16.24: Thermal Sigmatropic Reactions: Overview
Sigmatropic rearrangements are a class of pericyclic reactions in which a σ bond migrates from one part of a π system to another. These are intramolecular rearrangements where the total number of σ and π bonds remain unchanged.
Sigmatropic shifts are classified based on an order term [i, j ], where i and j indicate the number of atoms across which each end of the σ bond migrates. Below are examples of a [3,3] sigmatropic shift in 1,5-hexadiene, referred to as the Cope rearrangement, and a [1,7] hydride shift in 1,3,5-heptatriene.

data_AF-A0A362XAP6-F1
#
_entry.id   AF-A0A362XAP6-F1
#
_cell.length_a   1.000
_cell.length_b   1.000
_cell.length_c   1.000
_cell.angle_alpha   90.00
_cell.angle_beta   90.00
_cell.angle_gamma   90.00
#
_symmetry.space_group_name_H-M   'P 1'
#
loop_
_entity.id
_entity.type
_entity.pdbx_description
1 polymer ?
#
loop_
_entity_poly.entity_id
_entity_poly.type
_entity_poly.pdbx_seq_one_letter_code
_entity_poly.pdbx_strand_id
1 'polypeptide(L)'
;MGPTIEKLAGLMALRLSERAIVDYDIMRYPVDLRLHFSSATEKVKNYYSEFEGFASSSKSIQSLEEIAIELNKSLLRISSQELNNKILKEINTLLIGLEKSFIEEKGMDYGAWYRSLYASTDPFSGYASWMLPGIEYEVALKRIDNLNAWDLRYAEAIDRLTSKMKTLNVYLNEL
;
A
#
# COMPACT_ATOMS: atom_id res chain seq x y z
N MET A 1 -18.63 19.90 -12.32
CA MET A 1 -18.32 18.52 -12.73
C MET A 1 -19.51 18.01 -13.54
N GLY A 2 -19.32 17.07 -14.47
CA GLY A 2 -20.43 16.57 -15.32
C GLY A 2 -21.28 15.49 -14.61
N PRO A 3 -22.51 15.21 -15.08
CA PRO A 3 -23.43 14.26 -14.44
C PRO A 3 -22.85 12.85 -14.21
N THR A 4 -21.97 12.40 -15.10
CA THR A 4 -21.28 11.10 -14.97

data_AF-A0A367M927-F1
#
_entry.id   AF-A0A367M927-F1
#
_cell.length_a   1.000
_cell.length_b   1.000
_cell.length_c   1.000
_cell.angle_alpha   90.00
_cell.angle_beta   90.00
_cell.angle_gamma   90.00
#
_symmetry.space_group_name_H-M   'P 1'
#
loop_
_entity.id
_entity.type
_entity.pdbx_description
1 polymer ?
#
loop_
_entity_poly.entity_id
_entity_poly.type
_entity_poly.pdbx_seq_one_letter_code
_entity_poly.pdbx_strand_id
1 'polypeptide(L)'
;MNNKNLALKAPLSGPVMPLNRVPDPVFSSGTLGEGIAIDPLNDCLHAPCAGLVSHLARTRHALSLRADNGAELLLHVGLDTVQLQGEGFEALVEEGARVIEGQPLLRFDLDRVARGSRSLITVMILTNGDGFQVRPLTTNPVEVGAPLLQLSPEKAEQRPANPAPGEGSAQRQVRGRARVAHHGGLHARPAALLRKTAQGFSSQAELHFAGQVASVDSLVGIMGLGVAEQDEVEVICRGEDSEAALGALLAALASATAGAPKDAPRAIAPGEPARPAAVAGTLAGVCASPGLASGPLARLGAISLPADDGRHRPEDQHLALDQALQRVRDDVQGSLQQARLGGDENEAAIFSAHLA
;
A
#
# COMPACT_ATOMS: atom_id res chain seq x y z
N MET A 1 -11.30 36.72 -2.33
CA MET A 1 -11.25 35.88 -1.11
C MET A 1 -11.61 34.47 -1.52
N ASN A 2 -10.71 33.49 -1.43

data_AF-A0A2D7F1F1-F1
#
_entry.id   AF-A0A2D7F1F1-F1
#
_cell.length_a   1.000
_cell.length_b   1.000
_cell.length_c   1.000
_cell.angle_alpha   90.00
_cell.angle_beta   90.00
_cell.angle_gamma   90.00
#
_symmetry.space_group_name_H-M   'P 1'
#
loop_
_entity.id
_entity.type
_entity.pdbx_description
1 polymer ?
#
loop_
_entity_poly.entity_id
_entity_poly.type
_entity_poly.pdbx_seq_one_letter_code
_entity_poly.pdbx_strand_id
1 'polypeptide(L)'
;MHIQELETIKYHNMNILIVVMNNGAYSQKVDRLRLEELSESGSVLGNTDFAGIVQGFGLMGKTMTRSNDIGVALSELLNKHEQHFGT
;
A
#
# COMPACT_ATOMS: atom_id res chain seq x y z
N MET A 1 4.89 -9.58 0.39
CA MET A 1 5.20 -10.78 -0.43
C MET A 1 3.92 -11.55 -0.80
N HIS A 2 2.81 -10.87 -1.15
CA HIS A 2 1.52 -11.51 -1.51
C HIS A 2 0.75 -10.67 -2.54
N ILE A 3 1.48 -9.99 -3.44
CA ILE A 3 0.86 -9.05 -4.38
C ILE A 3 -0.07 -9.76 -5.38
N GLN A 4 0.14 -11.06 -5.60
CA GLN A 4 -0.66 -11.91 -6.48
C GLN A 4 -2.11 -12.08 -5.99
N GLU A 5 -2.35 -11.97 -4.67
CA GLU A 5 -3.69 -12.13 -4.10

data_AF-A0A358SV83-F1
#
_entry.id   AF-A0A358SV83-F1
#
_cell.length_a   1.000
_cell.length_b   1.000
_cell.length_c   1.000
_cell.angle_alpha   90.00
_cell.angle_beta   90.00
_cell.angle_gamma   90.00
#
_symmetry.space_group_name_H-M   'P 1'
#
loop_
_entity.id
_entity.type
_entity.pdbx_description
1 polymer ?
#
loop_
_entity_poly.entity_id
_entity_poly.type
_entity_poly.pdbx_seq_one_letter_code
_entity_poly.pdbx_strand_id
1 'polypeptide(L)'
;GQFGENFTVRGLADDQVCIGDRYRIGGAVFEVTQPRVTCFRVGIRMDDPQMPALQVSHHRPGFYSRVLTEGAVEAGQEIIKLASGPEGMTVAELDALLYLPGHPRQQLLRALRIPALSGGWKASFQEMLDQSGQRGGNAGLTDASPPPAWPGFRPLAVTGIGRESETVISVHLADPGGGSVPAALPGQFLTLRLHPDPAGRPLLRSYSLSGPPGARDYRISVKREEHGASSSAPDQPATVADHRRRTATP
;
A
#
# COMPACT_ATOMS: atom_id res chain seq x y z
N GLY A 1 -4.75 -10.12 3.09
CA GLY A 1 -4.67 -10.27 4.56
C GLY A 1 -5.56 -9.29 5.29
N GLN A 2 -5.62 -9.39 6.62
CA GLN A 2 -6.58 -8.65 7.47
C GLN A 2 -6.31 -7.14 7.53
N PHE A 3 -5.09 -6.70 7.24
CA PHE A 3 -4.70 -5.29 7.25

Thermally induced sigmatropic shifts proceed suprafacially if the sum of π and σ electron pairs participating in the rearrangement is odd. For example, the [3,3] shift in 1,5-hexadiene involves two π bonds and one σ sigma bond, or three electron pairs, and therefore follows a suprafacial pathway.
In contrast, the antarafacial pathway is symmetry-allowed if the sum is even, like in 1,3,5-heptatriene, which involves three π bonds and one σ sigma bond, or a total of four electron pairs.